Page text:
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Three Big Fish in the Java Frameworks Fish Tank

Three Big Fish in the Java Frameworks Fish Tank



When it comes to Java programming, the word ‘framework’ is used quite often. A framework is basically an encapsulated way to do something (usually) more efficiently. It is a collection of efficient processing power that is, hopefully free, and wrapped up nicely into one or more libraries. There are many Java frameworks out there, far too many to mention in this one article. I’ll be discussing three of the big guys. You’ve probably heard something about them by now, they are Struts, Spring, and Hibernate. If you haven’t heard anything about these yet, and you’ve been in the field for a while, I recommend Java Google Groups.


Struts framework helps to manage the UI portion of the application. It handles the tangled request, response and session transactions quite elegantly, some say that it is outdated, but I still think it has a place in the community. The most difficult part of understanding the Struts framework is realizing how the action and form classes interact with each other. This relationship between action and form classes is defined within the Struts XML Configuration file. This framework also offers a collection of tag libraries that are used to eliminate the JSP from the JSP pages (I, personally despise tangled, hard to debug JSP pages full of Java), and encapsulate the Java code inside the tag library classes.


This Spring framework is probably the most recent of the frameworks mentioned here. It is based on dependency injection and a different type of programming methodology called, Aspect Oriented Programming. The most difficult part about learning the Spring framework is getting your mind around this new programming methods and understanding how to properly set up the Spring XML Configuration file. When the application is executed, the constructor parameters for the core objects in the application are configured in this XML Configuration file. The Aspect Oriented Programming strategy can be very quickly summed up by saying that all of the child objects get instantiated first then are injected into the parent objects, thus the phrase, dependency injection. I personally have not yet embraced Aspect Oriented Programming and I have heard other developers claim that it is a step backward in the evolutionary cycle of Java programming due to a similarity to the archaic procedural programming ways (Blaspheme).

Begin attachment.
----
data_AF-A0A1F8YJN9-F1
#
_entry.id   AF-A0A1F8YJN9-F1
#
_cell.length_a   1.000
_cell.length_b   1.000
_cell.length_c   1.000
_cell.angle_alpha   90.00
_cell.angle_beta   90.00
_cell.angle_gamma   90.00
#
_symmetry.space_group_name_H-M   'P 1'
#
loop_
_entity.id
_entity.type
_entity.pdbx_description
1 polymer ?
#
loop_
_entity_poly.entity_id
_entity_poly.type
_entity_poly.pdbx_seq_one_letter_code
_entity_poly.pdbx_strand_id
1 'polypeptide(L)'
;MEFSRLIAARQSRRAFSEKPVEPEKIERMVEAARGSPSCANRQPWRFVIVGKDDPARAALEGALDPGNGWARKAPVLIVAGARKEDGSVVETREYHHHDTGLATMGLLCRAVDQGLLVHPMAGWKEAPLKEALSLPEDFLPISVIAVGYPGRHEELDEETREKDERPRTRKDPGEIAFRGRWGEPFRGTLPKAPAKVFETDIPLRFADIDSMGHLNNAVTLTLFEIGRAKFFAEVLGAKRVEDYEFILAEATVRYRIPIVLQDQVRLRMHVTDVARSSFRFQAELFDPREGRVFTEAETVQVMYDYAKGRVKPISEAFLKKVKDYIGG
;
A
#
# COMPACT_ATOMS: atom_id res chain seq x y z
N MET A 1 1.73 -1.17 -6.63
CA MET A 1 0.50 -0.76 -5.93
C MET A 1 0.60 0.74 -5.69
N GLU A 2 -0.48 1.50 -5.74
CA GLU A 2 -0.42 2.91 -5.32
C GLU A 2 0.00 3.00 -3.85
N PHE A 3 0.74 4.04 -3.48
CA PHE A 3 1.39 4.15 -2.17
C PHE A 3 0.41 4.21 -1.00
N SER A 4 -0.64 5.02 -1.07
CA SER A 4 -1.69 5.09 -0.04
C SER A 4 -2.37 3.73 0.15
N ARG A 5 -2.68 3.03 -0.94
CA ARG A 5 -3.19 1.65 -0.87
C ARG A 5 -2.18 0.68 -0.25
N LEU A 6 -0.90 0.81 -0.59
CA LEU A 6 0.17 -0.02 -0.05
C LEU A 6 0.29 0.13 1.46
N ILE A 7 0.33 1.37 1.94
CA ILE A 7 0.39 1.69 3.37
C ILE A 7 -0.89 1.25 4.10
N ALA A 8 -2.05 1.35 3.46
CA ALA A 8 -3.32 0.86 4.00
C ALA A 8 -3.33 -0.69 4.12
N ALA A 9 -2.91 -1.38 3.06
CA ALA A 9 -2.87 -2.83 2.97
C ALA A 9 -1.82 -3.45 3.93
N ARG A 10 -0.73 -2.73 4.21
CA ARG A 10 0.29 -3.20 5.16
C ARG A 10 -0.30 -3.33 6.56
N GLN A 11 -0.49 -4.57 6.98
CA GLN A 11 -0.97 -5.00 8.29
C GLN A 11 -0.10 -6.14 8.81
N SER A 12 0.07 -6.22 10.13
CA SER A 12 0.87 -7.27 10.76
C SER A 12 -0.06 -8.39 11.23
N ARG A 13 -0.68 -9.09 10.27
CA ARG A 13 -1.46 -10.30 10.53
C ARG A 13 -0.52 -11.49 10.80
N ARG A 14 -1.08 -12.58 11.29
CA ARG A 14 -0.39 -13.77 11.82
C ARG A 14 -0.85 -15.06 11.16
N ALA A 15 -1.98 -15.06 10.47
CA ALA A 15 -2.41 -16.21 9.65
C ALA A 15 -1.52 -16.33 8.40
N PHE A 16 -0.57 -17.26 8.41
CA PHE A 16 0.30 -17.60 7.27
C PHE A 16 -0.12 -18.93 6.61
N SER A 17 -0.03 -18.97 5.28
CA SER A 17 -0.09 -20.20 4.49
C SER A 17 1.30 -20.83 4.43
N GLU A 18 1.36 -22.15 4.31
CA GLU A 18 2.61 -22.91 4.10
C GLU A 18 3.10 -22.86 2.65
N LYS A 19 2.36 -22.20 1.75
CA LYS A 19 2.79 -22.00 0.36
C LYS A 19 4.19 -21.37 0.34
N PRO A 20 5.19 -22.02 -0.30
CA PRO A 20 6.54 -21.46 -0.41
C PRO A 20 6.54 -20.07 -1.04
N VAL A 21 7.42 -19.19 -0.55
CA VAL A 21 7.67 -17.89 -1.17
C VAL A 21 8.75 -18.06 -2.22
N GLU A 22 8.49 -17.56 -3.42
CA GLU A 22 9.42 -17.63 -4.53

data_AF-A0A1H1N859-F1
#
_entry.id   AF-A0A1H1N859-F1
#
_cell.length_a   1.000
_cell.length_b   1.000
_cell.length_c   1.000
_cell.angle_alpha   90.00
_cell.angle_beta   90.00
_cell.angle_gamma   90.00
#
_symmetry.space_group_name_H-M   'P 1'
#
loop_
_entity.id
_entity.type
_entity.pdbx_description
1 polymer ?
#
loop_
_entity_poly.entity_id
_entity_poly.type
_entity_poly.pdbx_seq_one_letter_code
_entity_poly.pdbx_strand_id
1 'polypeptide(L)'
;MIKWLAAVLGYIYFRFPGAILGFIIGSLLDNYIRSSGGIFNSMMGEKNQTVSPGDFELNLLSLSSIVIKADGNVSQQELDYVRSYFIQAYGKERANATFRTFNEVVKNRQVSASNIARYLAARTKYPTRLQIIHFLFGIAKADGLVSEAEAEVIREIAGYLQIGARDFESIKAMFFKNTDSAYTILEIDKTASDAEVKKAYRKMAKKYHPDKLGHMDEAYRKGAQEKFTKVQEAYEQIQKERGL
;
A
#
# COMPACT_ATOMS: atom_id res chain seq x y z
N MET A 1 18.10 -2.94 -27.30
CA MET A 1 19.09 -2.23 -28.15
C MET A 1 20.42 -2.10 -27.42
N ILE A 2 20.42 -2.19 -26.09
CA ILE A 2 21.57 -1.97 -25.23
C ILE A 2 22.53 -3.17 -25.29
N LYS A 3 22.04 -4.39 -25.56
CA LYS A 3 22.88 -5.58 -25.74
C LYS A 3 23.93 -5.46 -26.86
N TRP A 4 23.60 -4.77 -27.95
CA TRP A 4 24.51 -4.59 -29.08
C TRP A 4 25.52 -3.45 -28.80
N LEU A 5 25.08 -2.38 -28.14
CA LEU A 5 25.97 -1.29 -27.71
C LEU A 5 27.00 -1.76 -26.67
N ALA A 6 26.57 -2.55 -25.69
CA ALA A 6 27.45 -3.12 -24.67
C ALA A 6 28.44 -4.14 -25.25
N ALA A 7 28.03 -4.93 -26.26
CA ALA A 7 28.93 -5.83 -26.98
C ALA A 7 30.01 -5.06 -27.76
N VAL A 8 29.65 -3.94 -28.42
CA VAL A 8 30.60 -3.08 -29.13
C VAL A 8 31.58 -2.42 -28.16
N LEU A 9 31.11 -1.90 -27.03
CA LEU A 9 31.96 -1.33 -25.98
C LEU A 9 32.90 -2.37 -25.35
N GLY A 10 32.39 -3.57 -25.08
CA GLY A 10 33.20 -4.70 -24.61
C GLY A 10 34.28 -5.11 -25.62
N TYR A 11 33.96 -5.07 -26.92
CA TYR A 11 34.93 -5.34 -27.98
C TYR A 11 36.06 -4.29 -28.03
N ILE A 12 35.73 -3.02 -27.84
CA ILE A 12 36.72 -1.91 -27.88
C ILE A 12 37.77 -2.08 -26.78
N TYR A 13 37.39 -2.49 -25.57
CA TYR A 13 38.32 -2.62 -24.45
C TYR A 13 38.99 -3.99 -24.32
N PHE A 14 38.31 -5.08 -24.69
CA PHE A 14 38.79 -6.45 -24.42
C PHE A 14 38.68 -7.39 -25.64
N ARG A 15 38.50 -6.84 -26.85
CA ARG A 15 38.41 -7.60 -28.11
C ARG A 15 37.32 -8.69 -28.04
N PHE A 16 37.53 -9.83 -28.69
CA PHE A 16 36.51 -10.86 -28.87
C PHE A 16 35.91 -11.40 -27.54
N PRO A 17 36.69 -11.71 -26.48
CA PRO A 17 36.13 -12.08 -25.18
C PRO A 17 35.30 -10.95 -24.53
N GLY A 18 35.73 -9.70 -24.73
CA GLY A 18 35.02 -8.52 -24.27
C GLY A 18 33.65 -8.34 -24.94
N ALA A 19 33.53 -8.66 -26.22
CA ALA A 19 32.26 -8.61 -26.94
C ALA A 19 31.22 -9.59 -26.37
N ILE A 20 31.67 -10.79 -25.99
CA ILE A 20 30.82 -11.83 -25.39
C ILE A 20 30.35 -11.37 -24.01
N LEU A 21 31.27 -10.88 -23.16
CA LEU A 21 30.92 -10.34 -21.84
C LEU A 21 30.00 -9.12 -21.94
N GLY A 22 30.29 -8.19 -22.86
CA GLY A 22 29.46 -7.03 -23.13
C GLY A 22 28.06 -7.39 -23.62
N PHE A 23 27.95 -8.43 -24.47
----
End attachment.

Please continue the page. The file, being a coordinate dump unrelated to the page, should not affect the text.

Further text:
The Hibernate framework is a framework by which business objects get populated ‘behind the scenes’ from database data via a Hibernate’s Configuration XML File. The most difficult part about programming with Hibernate is correctly configuring the Hibernate session factory, and equally, if you’re working in a database that does not enforce relationships (mySQL for example), correctly configuring the XML to describe the relationships between the tables can pose quite a learning curve as well. I want to say that I’ve used several different Hibernate-type tools, including .NET’s version, and the relationships are extremely important to enforce, especially if you are working with a database of roughly 10 or more tables. Once the configuration is correctly in place, Hibernate is a fantastic framework to program with, and it saves a tremendous amount of time, once you learn how to use it.


There are countless other frameworks throughout the Java programming language that I have not mentioned here, or in any of my previous articles. Most of you have probably programmed some kind of framework of your own by now, if you had several years of experience in programming. The ones that seem to catch the eye of the popular world are usually, the ones we should pay attention to.

A good framework can save a programmer a lot of time, not to mention, a lot of stress as well.


Source by Tyler J

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